NASA SBIR 2015 Solicitation


PROPOSAL NUMBER: 15-1 A3.02-9595
SUBTOPIC TITLE: Autonomy of the National Airspace System (NAS)
PROPOSAL TITLE: Wind Shift Detection Model

SMALL BUSINESS CONCERN (Firm Name, Mail Address, City/State/Zip, Phone)
Mosaic ATM, Inc.
540 Fort Evans Road, Suite 300
Leesburg, VA 20176 - 4098
(800) 405-8576

PRINCIPAL INVESTIGATOR/PROJECT MANAGER (Name, E-mail, Mail Address, City/State/Zip, Phone)
Jonathan Cunningham
540 Fort Evans Road
Leesburg, VA 20176 - 4098
(518) 598-6686

CORPORATE/BUSINESS OFFICIAL (Name, E-mail, Mail Address, City/State/Zip, Phone)
Chris Stevenson
540 Fort Evans Road, Suite 300
Leesburg, VA 20176 - 4098
(540) 454-7458

Estimated Technology Readiness Level (TRL) at beginning and end of contract:
Begin: 1
End: 2

Technology Available (TAV) Subtopics
Autonomy of the National Airspace System (NAS) is a Technology Available (TAV) subtopic that includes NASA Intellectual Property (IP). Do you plan to use the NASA IP under the award?

TECHNICAL ABSTRACT (Limit 2000 characters, approximately 200 words)
On a daily basis, airport managers manually analyze current and future weather conditions to determine whether their facility will be negatively impacted. While not the only weather factor, one of the more important factors is wind, specifically wind shifts. Every morning the runway configuration for an airport is set based on the expected dominant wind flow across the area in order to maximize the efficiency of the terminal area. If the wind does not change direction over the course of the day, the airport is able operate at its optimum level, barring any other impactful weather event. If the wind does shift its direction, a change in the airport's runway configuration is required. This decision of when to change the runway configuration, however, is not always easy, and often times it can be a difficult and sometimes costly one. If the configuration of the runway is changed too late or too early in relation to the time of the wind shift, the throughput at the airport will decrease. To support this decision, a wind shift detection model is proposed. This model will utilize operational weather products, including the Localized Aviation MOS Product (LAMP) and the High Resolution Rapid Refresh (HRRR), to produce a probabilistic estimate of when a wind shift is expected to occur. By automating the process of detecting wind shifts, it improves the efficiency of the airport by allowing airport managers to focus on configuring the airport rather than when the wind shift will occur. To determine the accuracy and feasibility of the model for use in real-time operations, it will be tested at number of airports around the NAS, specifically for historical scenarios when an unexpected wind shift negatively impacted operations. Phase II will look at adding a live weather data feed to the, incorporating traffic data, as well as integrating the model within the Airport Runway Configuration Management (ARCM) concept.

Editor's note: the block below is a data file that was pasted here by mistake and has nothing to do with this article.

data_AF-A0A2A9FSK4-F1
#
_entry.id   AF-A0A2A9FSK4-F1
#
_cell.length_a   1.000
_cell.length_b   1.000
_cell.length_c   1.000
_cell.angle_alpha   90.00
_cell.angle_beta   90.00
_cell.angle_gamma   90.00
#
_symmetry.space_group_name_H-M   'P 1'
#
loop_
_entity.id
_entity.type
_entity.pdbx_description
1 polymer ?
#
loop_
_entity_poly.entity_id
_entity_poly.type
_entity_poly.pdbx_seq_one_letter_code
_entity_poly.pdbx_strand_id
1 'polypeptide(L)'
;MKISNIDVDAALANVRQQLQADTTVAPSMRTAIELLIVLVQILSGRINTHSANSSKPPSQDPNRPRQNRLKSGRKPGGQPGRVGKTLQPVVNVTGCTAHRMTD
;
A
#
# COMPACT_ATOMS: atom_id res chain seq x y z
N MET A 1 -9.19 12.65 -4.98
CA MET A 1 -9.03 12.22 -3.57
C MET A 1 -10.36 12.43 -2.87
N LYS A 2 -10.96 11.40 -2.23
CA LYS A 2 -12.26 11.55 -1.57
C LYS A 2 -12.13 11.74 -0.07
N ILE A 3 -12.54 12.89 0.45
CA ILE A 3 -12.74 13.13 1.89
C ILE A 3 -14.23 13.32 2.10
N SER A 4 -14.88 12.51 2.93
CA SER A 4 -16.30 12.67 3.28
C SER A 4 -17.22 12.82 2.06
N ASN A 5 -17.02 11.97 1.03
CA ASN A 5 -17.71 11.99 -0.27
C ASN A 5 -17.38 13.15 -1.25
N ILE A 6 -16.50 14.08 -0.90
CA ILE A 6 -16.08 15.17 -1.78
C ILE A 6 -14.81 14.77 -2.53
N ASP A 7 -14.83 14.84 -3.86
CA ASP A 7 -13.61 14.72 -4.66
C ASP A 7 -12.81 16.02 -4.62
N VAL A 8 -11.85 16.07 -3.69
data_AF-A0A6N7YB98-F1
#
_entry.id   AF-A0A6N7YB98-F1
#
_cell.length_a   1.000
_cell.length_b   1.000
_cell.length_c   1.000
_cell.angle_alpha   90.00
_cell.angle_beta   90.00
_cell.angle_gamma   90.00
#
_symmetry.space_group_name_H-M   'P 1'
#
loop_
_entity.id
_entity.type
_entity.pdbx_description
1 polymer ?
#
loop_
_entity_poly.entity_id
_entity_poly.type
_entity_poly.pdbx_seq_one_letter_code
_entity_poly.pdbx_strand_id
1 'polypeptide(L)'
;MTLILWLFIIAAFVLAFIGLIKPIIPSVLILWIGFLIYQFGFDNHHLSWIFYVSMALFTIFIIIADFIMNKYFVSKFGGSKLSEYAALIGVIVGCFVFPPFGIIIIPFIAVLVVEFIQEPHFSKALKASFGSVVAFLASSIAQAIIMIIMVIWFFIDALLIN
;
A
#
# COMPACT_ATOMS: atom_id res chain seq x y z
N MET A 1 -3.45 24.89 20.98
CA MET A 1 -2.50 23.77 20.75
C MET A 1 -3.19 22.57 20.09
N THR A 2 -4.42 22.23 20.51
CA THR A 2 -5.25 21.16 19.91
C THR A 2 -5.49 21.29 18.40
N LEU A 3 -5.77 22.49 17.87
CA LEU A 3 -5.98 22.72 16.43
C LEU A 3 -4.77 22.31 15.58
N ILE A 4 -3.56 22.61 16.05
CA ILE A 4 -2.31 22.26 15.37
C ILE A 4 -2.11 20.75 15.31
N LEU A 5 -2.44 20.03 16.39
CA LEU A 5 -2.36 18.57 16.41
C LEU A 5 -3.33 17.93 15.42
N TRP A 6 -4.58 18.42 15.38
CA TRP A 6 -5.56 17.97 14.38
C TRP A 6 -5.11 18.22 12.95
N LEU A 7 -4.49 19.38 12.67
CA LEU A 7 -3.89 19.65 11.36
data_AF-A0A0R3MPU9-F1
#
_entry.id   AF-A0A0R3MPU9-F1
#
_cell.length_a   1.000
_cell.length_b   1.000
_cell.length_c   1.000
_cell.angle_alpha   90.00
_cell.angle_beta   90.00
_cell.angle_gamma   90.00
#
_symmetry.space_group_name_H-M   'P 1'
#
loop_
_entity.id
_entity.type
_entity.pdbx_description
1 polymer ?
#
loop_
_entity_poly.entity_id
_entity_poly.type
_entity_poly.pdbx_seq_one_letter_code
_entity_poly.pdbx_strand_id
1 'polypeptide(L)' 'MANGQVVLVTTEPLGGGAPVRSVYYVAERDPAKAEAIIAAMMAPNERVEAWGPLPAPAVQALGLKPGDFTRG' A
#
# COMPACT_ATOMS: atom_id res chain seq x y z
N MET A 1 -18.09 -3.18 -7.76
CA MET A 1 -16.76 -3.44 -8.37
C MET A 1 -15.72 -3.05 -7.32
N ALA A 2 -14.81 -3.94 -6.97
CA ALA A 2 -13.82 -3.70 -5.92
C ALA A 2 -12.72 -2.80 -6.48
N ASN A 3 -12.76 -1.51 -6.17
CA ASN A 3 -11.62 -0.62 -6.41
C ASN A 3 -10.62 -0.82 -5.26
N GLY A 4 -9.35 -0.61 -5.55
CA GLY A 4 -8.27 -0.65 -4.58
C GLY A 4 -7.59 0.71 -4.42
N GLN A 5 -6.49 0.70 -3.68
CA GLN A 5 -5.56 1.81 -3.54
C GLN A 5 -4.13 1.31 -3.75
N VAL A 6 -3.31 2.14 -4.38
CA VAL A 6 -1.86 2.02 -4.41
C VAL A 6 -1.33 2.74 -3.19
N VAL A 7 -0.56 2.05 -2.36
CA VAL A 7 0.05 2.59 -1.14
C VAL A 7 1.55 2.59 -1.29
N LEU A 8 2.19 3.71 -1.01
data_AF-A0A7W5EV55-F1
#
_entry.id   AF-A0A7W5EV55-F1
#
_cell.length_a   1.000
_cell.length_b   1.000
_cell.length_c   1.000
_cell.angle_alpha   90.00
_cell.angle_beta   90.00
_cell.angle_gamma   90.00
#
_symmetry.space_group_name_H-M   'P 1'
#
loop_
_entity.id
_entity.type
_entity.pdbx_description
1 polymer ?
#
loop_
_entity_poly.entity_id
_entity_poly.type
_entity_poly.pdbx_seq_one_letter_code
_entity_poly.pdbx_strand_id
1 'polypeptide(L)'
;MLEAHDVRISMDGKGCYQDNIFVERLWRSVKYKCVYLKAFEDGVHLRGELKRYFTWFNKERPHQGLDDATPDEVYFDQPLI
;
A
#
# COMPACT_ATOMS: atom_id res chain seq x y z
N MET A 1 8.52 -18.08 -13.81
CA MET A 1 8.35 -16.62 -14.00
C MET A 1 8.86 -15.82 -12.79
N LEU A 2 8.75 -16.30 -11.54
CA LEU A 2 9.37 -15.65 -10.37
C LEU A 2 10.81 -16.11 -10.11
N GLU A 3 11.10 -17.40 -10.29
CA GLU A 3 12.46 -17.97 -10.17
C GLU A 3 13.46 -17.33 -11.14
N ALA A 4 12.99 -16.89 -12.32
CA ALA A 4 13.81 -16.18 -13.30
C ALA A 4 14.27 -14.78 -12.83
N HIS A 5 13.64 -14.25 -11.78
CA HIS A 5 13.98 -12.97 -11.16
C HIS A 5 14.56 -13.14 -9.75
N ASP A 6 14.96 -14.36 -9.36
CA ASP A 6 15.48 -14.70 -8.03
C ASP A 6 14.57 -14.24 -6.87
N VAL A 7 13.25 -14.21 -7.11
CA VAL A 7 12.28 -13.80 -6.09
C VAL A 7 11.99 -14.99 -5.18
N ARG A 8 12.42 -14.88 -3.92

POTENTIAL NASA COMMERCIAL APPLICATIONS (Limit 1500 characters, approximately 150 words)
Upon successful completion of this Phase I SBIR, the most appropriate application of the Wind Shift Detection Model, will be further research on ATM operational improvements. Specifically, the FAA's Surface Trajectory Based Operations project is currently evaluating the Airport Runway Configuration Management (ARCM) concept, a decision support tool for optimizing runway configuration plans. Though wind is just one aspect of the ARCM concept, it is a significant one. By integrating the wind shift detection model with the ARCM concept, more accurate airport configuration recommendations will be able to be produced. Additionally, with the Wind Shift Detection Model able to provide an automated translation of weather forecasts, it directly supports the Airport Arrival Rate (AAR) Decision Support (AARDS) capability included in the Collaborative Air Traffic Management Technologies (CATM-T) Work Package 4 (WP4).

POTENTIAL NON-NASA COMMERCIAL APPLICATIONS (Limit 1500 characters, approximately 150 words)
The successful development and implementation of the Wind Shift Detection model can provide useful information to airlines and other flight operators about potential airport configuration changes. This will allow dispatchers to proactively file flight plans for aircraft account for the anticipated change in active runways. Additionally, this research will result in innovative techniques and methods to automatically translate weather forecasts into interpretable information. These methods could be utilized by public and private weather data companies to increase the value and marketability of the services that they provide.

TECHNOLOGY TAXONOMY MAPPING (NASA's technology taxonomy has been developed by the SBIR-STTR program to disseminate awareness of proposed and awarded R/R&D in the agency. It is a listing of over 100 technologies, sorted into broad categories, of interest to NASA.)
Air Transportation & Safety

Form Generated on 04-23-15 15:37